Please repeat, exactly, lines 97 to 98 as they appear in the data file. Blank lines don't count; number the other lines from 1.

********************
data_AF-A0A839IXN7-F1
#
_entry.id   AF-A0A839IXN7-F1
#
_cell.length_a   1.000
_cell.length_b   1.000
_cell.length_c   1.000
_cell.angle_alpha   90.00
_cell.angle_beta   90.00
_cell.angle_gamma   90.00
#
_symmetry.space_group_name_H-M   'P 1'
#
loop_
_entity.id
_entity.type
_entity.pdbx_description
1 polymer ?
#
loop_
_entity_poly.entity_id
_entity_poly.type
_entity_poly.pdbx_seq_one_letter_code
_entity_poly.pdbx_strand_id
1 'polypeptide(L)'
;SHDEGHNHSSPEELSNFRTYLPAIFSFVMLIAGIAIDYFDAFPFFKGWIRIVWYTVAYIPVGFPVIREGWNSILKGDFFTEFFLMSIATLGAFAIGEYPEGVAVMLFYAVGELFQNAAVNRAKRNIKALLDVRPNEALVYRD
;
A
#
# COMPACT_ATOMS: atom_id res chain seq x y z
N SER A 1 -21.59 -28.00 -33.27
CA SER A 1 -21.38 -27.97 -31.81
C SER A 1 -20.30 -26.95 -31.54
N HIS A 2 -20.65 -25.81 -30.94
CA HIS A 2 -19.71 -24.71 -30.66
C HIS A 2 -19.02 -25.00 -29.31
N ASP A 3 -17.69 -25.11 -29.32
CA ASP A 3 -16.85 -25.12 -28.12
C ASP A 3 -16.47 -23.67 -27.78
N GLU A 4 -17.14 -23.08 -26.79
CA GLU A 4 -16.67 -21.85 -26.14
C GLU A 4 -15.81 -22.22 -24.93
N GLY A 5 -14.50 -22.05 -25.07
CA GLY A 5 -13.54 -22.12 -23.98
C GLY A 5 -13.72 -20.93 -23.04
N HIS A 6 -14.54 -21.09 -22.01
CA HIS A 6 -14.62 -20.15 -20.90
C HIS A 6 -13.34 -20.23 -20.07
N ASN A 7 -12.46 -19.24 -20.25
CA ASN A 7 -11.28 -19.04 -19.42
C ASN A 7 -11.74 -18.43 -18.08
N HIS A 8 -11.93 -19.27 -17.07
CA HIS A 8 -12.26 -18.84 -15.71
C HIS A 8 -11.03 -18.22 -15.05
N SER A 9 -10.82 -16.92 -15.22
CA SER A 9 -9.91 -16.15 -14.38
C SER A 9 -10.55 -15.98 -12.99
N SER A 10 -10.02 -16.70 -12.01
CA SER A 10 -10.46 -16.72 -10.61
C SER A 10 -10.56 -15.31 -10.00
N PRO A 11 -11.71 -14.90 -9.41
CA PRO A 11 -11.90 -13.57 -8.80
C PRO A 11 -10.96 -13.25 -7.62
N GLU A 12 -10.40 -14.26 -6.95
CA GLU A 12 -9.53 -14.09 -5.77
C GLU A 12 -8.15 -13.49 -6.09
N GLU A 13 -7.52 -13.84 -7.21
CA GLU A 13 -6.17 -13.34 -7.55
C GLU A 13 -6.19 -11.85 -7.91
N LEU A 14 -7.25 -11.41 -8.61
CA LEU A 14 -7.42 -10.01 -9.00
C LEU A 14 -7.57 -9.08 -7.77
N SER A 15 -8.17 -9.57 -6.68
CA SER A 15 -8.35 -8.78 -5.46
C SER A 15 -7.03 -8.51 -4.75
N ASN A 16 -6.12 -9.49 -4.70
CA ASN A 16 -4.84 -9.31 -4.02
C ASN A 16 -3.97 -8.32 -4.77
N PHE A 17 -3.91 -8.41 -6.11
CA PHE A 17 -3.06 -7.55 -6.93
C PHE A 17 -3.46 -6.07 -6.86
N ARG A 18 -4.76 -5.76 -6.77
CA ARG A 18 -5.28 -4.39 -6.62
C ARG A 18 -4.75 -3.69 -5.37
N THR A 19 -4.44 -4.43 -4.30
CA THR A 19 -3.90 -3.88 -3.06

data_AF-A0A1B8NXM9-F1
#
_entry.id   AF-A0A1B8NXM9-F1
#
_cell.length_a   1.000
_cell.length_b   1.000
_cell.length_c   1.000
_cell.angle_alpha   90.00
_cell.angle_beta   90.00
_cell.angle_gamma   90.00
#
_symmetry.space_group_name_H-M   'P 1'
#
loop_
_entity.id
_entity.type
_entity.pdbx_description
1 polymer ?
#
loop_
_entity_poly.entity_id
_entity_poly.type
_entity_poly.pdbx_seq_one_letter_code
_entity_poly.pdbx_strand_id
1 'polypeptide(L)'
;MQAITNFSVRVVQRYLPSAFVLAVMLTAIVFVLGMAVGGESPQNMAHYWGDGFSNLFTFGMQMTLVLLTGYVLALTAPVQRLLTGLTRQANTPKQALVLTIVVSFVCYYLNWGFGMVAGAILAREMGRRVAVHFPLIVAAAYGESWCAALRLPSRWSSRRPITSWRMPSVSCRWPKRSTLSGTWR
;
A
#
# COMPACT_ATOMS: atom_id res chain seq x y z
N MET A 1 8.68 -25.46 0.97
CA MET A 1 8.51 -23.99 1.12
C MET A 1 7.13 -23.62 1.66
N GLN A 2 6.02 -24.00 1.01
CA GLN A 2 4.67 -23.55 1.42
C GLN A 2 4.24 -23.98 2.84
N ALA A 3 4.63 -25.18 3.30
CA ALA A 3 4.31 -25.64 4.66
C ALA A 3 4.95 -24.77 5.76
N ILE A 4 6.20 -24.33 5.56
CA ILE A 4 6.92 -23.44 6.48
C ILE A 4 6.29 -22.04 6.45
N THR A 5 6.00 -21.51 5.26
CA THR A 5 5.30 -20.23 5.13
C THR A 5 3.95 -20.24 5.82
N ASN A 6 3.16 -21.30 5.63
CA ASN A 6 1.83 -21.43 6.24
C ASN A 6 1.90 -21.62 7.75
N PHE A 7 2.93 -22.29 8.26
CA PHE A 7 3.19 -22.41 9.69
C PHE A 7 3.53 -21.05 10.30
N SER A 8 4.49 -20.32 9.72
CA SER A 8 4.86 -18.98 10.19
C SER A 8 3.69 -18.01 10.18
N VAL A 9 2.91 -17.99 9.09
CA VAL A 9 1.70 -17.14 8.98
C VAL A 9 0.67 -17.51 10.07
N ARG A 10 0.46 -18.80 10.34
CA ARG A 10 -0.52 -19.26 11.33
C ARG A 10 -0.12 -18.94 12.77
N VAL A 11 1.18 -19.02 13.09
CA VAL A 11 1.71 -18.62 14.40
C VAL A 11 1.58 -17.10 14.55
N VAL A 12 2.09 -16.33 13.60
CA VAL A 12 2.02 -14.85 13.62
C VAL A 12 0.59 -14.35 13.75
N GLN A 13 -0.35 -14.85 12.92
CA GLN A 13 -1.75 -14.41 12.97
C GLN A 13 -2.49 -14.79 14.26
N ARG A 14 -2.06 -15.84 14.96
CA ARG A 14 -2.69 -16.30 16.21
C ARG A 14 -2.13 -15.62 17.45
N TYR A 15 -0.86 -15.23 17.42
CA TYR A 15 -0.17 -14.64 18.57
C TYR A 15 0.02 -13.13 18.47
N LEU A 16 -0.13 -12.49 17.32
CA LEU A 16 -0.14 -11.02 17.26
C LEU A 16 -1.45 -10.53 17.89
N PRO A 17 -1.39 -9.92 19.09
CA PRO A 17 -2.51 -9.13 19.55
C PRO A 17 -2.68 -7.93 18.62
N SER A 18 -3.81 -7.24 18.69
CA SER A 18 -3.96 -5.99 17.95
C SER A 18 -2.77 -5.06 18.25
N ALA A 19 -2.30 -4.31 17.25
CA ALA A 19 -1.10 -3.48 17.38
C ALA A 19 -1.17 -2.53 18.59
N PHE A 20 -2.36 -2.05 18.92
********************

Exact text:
#
_symmetry.space_group_name_H-M   'P 1'